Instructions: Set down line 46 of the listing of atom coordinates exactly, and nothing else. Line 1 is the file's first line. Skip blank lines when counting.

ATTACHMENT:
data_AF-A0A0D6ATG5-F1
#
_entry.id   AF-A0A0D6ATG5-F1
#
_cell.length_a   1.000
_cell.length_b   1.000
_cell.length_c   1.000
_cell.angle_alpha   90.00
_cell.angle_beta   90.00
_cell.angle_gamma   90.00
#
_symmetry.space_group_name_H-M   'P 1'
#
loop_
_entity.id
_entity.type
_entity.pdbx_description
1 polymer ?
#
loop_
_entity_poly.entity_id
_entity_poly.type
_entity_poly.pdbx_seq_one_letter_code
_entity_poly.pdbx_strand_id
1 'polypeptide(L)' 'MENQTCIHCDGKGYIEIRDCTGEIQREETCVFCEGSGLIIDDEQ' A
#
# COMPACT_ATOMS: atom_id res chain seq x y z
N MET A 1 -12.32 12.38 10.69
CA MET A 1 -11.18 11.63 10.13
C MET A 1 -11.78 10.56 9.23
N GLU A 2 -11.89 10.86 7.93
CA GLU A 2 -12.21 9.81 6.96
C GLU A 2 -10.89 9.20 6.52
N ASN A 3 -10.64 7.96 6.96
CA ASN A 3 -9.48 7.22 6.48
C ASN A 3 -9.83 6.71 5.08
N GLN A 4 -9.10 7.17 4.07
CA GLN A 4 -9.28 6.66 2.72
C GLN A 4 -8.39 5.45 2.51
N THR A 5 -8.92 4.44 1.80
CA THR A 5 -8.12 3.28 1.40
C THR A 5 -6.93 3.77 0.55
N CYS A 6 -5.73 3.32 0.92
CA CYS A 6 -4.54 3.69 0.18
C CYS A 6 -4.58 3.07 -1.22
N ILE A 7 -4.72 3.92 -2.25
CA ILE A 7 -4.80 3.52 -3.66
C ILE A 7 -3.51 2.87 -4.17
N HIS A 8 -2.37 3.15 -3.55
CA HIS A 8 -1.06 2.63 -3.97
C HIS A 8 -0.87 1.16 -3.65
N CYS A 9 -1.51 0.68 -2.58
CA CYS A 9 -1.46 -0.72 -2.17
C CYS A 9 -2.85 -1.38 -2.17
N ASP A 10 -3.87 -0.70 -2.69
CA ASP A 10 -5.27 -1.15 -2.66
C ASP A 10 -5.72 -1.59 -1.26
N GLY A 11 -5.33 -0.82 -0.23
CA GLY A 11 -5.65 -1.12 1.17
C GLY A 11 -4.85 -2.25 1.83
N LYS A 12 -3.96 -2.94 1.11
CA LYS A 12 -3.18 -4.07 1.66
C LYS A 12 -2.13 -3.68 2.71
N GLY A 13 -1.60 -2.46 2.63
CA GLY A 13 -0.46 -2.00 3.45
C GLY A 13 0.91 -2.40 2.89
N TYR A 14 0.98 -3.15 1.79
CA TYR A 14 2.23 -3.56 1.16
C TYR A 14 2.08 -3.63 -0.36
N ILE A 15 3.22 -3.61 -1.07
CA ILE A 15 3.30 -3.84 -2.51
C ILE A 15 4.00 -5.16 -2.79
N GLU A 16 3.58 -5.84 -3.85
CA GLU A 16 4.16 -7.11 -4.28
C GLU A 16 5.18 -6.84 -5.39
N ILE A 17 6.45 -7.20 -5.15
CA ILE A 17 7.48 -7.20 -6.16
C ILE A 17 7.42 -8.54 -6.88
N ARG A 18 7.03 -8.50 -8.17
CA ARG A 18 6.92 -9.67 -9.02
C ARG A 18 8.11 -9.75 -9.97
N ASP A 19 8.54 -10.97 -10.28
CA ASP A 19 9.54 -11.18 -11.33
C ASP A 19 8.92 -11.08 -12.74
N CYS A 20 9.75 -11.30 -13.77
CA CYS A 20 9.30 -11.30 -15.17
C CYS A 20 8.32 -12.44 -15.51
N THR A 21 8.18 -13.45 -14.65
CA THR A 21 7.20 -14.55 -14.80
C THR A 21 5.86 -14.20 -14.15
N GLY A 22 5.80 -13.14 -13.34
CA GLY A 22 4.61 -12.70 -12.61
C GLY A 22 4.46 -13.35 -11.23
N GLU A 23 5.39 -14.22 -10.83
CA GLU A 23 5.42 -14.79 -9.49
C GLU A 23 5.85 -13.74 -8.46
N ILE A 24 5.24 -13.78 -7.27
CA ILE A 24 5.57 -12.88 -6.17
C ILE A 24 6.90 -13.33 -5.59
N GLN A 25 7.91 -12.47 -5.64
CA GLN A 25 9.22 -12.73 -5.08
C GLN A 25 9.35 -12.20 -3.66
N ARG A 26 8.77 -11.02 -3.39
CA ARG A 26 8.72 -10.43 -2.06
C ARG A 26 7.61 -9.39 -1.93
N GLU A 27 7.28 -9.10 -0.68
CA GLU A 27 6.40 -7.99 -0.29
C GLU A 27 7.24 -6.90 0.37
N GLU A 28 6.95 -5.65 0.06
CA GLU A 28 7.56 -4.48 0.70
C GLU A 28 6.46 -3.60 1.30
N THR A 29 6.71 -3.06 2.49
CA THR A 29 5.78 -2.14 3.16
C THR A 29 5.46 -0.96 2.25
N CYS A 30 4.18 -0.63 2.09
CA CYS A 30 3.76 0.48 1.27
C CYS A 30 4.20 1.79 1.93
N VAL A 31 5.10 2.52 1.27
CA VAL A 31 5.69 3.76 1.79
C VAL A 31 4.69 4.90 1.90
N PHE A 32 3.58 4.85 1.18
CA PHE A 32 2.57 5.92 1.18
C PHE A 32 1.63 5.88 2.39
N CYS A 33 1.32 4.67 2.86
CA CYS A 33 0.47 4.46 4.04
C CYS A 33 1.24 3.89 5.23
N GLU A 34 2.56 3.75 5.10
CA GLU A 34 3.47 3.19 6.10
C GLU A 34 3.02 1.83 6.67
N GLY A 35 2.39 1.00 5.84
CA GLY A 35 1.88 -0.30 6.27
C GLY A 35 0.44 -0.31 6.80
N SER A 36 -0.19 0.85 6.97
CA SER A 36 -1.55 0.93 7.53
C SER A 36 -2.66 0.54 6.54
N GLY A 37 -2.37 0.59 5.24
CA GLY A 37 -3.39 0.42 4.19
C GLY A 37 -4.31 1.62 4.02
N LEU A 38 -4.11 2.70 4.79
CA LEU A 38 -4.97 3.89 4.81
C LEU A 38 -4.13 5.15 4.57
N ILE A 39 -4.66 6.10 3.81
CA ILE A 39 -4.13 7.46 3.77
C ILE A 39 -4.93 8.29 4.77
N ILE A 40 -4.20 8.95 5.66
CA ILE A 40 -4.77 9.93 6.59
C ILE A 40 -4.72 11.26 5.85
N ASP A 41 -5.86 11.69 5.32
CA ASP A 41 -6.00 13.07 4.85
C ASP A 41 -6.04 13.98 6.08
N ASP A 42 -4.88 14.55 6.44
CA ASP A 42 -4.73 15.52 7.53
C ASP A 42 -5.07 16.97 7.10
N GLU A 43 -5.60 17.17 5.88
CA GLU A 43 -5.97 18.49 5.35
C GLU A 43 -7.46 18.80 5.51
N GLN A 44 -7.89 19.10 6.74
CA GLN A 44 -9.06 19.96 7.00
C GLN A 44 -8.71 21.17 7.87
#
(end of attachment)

N ILE A 7 -4.72 3.92 -2.25